In the wake of a court decision regarding Airbnb a few months back, when Sanda Jovasevic agreed to lease her downtown Toronto condo to a tenant, only to find out later that someone had been renting out the unit through Airbnb without her consent, tongues have been wagging about what condo boards can and cannot do!
Luxury Condos in Toronto are a proliferate occurrence in our modern society, but its startling to learn that the laws and rules governing these living spaces are still shrouded in mystery. Even if you have never lived in a condominium, words such as “condo fees” or “condo board” must ring a bell. However, it goes well beyond that. Discerning what can or cannot happen in a condo community is still a mystery that has been the topic of heated debate for quite a long time now. While condo boards differ across buildings, we have done our due diligence and dug up 5 shocking things that all condo boards can do for sure.
1) Sell Your Unit
Before your jaws drop open in a silent protest, hear me out. It does appear to be a serious interference of an owner’s rights, considering that you invest in property to enjoy all the privileges and freedom that come with owning a property. Wouldn’t it then be too cruel to be stripped of the home that you have purchased lawfully and nurtured lovingly? However, certain circumstances make it legal for a condominium corporation to force you into selling your unit, whether you wish to or not. For instance, the corporation can register a certificate of lien against your unit in case of an unpaid condo fees. If enforced in court, the lien would mean parting with your unit if necessary.
What about in the event of an unreasonable condo fees? Is it negotiable? Unfortunately, the answer is no. When you are living in a condo, you have to make do with intermittent increases in condo fees without a frown. The owner’s fees go towards paying for the healthy reserve fund, the right to use the amenities, and the building’s maintenance. A reserve fund of the condominium corporation is akin to an emergency savings account to protect against a rainy day! Also, don’t think that you can opt out of the use of certain amenities to get your fee waivered.
2) Ban Pets
Here’s a tricky one. A lot of Luxury Condos in Toronto impose rules on pets, but some are more stringent than others. While we have seen a lot of cases decided by judges with different results, the rule of thumb is that your condo board is in a position to pass by-laws and declarations pertinent to pets, and even ban them if it so wishes, and you are legally bound to oblige; well at least most of the time. Given the fact that even landlords are not given the power to deal with their tenants in such a manner, llit may seem shocking to people that condominium corporations have been granted the power to make such rules. The Residential Tenancies Act renders the no-pet policies in rental agreements as unenforceable and void, but since the condo boards and condo owners don’t exactly follow the “landlord and tenant” relationship, such laws hold no importance here.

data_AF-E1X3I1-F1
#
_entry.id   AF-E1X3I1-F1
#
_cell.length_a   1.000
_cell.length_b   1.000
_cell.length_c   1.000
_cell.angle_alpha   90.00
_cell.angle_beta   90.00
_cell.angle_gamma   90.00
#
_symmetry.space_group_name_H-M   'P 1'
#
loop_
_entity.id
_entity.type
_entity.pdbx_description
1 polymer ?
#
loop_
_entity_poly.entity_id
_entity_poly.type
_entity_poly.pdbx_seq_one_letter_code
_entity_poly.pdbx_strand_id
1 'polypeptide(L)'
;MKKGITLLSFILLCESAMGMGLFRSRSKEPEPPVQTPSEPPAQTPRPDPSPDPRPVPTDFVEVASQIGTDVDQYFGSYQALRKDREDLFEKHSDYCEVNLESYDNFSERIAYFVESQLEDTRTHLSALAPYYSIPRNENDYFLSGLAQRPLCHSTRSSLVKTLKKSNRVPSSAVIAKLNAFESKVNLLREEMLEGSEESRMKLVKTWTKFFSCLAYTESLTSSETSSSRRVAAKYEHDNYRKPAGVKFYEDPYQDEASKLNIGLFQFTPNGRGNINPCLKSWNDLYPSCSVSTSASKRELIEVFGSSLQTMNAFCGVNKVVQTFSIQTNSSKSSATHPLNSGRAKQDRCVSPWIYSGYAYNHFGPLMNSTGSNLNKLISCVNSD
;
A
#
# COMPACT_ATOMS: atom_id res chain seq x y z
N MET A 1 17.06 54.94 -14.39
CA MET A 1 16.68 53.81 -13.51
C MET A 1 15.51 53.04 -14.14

3) Dictate Your Renovations and Décor
This one is hard to digest by most people. Afterall, one would think that after sacrificing a lion’s share of your income on condo fees and mortgage, and splurging your life’s earning on a down-payment, you are at a liberty to personalize the place you call home. The last thing you would want is for the condo board to come knocking on your door, dictating your choice of blinds or shades. Even though it is a little hard to swallow, the condo board is permitted by the law to draft the condo’s rules, by-laws, and declaration to control or altogether ban these aesthetic features of your living space.
4) Limit Access to Amenities and occupancy
If you were still in doubt about the broad legal authority that condo boards have over what conspires on the premises, you are in for yet another shock. According to Section 56(1)(k) of the Act, the board may restrict the enjoyment and use of the common amenities to only the occupants of the building. Sorry to break your bubble if you were planning a giant pool party with your friends in the condo swimming pool. Such regulations even apply to your own unit’s interiors. Your condominium corporation can restrict unit occupancy to single families only. As for what constitutes a single family, well that is up to your condo board to decide
5) Enter Your Suite
Don’t worry; it’s pretty rare but certain circumstances demand it. The management can break into your unit in the event of a fire outbreak, or any other emergency. Peruse your condominium’s rules, bylaws and declaration to look for rules that pertain to entering an occupant’s unit.
My name is Taha Ahmed, a passionate blogger and digital marketer for almost 3 years. I have been featured on various magazines and blogs.
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5 Shocking Things You didn’t know your Condominium Corporation Could Do
While condo boards differ across buildings, we have done our due diligence and dug up 5 shocking things that all luxury condo toronto boards can do for sure.